This joyful, lavishly detailed account will entertain Disneyphiles and readers of popular American history.
One day in the early 1950s, Walt Disney stood looking over 240 acres of farmland in Anaheim, California, and imagined building a park where people could live among Mickey Mouse and Snow White in a world still powered by steam and fire for a day or a week or (if the visitor is slightly mad) forever. Despite his wealth and fame, exactly no one wanted Disney to build such a park. Not his brother Roy, who ran the company’s finances; not the bankers; and not his wife, Lillian. Amusement parks at that time, such as Coney Island, were a despised business, sagging and sordid remnants of bygone days. Disney was told that he was be heading straight toward financial ruin.
But Walt persevered, initially financing the park against his own life insurance policy and later with sponsorship from ABC and the sale of thousands and thousands of Davy Crockett coonskin caps. He assembled a talented team of engineers, architects, artists, animators, landscapers, and even a retired admiral to transform his ideas into a soaring yet soothing wonderland of a park. The catch was that they had only a year and a day in which to build it.
On July 17, 1955, Disneyland opened its gates–and the first day was a disaster. But the curious masses kept coming-eight hundred million of them to date–and the Disneyland castle has become the universally-recognized trademark of the $250 billion company we know today. There are Disney parks in Florida, Paris, Tokyo, Hong Kong, and Shanghai, but this global empire rests upon the magical foundation that was built in a single year by a man with a watchmaker’s precision, an artist’s conviction, and the high-hearted recklessness of a riverboat gambler.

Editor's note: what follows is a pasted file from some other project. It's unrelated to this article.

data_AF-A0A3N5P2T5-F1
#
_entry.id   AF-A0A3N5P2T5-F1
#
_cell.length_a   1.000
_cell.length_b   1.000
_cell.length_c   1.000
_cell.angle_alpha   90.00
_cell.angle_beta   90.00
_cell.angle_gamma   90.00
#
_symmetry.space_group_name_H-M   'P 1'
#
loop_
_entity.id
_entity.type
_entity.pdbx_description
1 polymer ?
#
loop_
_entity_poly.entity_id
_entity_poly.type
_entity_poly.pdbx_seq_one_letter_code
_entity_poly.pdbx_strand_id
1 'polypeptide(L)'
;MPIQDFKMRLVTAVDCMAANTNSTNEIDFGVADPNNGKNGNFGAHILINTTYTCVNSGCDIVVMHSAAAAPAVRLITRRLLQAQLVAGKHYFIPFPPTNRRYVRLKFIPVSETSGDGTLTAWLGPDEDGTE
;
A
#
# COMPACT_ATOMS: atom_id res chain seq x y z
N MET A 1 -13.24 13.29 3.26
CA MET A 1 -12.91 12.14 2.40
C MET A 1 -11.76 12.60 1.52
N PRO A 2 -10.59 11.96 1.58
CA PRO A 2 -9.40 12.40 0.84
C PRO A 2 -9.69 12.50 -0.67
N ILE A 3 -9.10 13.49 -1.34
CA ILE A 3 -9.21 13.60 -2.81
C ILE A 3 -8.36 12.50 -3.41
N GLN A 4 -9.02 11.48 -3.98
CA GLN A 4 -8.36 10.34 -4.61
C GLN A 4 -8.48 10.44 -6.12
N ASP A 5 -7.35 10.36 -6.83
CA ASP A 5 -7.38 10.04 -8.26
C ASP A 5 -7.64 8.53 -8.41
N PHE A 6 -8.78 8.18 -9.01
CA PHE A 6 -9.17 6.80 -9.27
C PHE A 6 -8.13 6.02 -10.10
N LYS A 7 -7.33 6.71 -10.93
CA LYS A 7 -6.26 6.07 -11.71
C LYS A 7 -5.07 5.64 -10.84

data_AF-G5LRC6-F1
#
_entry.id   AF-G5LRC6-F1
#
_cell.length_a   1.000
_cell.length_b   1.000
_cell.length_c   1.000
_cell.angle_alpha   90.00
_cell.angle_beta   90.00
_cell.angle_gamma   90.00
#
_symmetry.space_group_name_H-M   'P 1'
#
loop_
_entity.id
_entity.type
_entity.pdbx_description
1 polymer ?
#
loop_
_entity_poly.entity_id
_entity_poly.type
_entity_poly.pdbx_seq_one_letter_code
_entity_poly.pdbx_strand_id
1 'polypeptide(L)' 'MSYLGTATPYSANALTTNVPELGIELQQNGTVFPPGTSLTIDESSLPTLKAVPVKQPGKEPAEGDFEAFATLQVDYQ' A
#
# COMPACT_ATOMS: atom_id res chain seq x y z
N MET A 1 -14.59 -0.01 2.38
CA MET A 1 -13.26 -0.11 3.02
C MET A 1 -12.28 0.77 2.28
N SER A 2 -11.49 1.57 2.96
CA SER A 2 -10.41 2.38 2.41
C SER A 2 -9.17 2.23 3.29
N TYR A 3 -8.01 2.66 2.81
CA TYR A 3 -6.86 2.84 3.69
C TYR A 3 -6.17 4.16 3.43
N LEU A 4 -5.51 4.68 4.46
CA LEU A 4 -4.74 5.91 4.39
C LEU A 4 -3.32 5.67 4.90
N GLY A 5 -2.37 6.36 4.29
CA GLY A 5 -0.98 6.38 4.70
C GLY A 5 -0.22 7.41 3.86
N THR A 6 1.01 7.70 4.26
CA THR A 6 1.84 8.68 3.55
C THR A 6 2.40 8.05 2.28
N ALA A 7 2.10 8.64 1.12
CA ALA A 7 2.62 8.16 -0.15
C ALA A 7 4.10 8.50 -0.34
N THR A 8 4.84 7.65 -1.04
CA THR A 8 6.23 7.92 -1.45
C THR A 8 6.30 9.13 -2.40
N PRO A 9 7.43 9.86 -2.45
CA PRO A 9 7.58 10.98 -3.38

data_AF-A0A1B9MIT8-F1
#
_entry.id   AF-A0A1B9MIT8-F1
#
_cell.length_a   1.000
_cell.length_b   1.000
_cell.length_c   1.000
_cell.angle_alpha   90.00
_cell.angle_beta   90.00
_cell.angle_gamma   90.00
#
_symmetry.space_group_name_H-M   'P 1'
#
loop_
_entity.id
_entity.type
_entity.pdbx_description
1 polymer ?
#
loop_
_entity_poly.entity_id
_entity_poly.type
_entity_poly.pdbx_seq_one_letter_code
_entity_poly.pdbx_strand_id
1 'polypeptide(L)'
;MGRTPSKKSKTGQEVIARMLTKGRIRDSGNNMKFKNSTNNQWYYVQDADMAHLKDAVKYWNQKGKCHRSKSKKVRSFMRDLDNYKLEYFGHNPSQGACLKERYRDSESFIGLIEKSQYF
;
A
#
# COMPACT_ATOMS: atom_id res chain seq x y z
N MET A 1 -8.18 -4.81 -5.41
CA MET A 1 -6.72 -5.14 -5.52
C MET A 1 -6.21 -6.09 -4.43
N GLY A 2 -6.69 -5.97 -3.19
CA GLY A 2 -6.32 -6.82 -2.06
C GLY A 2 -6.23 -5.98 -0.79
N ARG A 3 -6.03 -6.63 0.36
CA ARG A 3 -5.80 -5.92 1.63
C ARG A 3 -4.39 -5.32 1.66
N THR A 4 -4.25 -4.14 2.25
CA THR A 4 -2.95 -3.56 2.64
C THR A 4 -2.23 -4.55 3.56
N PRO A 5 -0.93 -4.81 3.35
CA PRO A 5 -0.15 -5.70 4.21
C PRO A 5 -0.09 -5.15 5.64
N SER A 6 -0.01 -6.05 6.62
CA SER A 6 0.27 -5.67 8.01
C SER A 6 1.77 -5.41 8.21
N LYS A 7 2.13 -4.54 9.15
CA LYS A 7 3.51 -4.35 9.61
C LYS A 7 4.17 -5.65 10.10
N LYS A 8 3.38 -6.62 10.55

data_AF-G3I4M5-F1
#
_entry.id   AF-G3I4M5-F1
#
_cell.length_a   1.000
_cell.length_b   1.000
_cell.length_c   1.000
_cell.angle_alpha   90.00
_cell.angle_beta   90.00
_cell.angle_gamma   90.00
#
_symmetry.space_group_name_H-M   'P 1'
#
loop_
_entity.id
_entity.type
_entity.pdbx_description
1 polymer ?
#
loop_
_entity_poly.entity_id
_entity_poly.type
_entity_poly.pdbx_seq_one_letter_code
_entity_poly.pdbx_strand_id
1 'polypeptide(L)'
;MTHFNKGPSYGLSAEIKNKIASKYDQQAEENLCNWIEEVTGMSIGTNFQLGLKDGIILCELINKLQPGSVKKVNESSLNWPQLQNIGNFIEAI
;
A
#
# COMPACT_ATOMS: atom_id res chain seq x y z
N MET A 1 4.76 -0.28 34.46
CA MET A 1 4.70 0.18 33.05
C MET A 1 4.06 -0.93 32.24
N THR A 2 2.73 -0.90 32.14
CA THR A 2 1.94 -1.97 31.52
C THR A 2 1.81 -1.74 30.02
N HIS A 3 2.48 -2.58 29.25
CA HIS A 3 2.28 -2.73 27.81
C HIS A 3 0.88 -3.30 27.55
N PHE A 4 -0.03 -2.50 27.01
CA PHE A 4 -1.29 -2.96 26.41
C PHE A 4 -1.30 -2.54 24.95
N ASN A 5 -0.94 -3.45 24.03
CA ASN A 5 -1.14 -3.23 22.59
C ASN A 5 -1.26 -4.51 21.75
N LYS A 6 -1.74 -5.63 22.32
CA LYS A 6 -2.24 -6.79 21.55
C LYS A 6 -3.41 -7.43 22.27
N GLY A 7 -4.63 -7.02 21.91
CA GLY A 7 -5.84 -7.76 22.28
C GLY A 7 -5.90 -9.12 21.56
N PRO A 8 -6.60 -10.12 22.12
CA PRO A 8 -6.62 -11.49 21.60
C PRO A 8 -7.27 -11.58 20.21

To judge by Mr. Snow’s entertaining chronicle, Walt himself didn’t quite know what his great endeavor should be. [He]is quoted saying in 1957, just as Disneyland was making him rich, that “if it hadn’t been for my big brother, I swear I’d’ve been in jail several times for checks bouncing.” It is personal nuggets such as these that show Mr. Snow to be as solid a storyteller as Walt Disney himself.
The author’s admiration for Disneyland infuses his brisk, thorough history of the huge theme park, from an idea conceived by “the powerful personality of one man” to its realization as a monument to “an America where all is prosperous and convivial”—a place, as writer Ray Bradbury commented, that “liberates men to their better selves.” … An animated history of an iconic destination.
The clockwork of the park — and to some extent, the personality of the man who created it — receives an expert inspection in Richard Snow’s new history…This is primarily a construction saga, albeit a highly readable one set in an anxious nation that didn’t know it needed Disneyland until Walt provided it… The pacing is well-timed: Readers are led toward the climax of opening day…and the whole enterprise is shown as a magnificent amoeba that was as much an accident as a mastered design.